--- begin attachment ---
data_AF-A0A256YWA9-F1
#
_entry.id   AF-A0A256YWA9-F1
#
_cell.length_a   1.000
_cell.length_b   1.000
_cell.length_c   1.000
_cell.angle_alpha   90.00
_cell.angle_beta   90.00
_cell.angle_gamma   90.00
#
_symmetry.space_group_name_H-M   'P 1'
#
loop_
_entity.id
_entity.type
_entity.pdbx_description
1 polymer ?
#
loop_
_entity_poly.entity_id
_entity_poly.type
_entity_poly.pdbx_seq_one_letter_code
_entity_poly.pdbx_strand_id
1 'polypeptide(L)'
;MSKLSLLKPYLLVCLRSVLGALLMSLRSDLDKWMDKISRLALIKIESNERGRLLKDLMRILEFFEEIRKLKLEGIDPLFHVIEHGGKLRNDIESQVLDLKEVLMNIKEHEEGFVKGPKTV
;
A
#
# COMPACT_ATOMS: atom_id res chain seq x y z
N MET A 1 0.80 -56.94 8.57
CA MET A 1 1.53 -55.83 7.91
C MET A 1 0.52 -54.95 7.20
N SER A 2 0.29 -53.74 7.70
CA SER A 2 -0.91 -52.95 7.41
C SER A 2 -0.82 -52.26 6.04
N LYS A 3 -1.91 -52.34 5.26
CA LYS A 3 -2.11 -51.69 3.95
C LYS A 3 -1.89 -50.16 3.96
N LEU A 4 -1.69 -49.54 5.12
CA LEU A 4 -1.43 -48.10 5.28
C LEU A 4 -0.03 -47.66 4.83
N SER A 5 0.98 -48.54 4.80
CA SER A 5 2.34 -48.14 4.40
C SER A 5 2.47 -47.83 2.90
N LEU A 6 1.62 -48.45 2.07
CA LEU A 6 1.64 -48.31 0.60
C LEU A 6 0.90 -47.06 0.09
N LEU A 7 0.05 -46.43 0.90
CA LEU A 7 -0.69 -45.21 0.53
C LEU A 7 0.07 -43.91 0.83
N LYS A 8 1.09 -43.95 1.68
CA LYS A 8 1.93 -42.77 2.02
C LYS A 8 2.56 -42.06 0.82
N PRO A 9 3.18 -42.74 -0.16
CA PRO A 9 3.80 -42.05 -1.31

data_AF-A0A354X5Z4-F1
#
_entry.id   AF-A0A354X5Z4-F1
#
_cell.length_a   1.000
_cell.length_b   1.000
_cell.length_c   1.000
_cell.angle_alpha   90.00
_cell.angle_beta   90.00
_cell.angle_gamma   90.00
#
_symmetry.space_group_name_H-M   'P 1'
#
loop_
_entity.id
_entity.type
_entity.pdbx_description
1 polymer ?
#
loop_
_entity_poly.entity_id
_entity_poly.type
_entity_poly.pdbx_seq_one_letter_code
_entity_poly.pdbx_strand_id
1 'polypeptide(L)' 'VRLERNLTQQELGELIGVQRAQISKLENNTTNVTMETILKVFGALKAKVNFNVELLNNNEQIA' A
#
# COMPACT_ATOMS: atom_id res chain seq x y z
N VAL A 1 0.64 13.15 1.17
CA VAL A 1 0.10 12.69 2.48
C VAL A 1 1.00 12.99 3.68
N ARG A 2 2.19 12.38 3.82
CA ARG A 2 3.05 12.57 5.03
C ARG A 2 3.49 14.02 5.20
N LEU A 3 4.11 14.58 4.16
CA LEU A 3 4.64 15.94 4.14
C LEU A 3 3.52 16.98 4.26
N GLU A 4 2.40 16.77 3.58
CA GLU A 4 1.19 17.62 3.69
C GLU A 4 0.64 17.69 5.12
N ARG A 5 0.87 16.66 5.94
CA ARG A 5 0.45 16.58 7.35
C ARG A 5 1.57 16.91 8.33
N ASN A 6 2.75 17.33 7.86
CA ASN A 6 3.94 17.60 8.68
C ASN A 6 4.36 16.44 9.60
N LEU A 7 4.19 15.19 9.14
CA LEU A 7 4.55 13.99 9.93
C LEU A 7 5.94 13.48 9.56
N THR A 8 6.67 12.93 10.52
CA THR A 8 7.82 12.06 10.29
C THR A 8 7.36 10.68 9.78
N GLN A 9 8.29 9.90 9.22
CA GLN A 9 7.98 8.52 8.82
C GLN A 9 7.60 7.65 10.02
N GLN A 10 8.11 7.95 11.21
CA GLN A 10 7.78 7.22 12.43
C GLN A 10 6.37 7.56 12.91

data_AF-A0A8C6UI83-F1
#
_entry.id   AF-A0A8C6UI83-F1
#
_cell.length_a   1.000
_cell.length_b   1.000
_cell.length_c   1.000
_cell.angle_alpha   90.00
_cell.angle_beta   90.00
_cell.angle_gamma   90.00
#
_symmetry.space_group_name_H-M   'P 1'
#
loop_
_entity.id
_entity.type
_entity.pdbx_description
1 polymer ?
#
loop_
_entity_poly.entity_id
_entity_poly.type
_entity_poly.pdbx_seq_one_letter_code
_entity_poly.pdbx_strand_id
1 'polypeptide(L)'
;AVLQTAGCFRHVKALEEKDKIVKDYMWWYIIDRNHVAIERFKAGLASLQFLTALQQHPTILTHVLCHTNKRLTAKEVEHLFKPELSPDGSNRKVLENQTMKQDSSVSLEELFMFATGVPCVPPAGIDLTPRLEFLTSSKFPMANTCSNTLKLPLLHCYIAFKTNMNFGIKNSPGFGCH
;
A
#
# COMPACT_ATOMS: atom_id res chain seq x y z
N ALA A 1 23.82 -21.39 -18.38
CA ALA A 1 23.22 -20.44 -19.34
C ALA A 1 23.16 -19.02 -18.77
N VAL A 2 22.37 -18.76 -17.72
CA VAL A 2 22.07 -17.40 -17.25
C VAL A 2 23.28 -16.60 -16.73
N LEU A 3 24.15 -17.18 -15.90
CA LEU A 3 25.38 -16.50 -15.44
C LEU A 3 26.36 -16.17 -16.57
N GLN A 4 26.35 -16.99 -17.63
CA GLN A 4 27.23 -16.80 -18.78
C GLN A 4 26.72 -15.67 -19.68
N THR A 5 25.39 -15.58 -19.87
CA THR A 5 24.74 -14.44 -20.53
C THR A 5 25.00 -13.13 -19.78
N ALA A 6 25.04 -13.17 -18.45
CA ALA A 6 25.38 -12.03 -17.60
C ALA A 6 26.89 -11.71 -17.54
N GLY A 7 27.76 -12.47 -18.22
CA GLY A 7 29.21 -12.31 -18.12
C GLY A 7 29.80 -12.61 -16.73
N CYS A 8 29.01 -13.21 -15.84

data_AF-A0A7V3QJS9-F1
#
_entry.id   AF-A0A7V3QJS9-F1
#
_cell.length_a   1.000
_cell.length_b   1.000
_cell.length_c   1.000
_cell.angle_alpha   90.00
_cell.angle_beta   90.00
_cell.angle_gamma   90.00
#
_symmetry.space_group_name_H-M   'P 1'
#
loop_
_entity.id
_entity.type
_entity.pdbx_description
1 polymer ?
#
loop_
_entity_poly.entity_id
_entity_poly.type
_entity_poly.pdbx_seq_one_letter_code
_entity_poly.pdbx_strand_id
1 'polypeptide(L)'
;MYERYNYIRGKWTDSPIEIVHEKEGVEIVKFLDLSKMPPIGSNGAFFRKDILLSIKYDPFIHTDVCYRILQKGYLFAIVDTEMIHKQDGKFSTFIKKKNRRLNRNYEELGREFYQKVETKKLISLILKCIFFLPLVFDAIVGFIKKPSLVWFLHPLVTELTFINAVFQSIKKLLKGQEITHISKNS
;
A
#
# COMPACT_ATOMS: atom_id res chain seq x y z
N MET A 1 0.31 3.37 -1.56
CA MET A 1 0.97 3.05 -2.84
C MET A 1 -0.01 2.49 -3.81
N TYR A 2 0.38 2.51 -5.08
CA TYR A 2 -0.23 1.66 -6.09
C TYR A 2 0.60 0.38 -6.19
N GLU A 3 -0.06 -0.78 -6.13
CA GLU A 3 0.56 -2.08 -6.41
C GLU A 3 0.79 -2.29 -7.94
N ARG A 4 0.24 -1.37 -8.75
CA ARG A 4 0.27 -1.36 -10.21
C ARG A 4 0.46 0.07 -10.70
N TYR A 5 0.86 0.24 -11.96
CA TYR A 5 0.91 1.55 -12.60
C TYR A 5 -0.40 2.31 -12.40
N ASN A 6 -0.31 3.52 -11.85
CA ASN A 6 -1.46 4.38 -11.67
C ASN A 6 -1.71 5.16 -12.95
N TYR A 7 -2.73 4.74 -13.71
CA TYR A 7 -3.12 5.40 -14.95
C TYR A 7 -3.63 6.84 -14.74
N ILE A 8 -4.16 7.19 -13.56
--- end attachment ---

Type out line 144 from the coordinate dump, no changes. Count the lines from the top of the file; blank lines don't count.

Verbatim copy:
N ALA A 1 23.82 -21.39 -18.38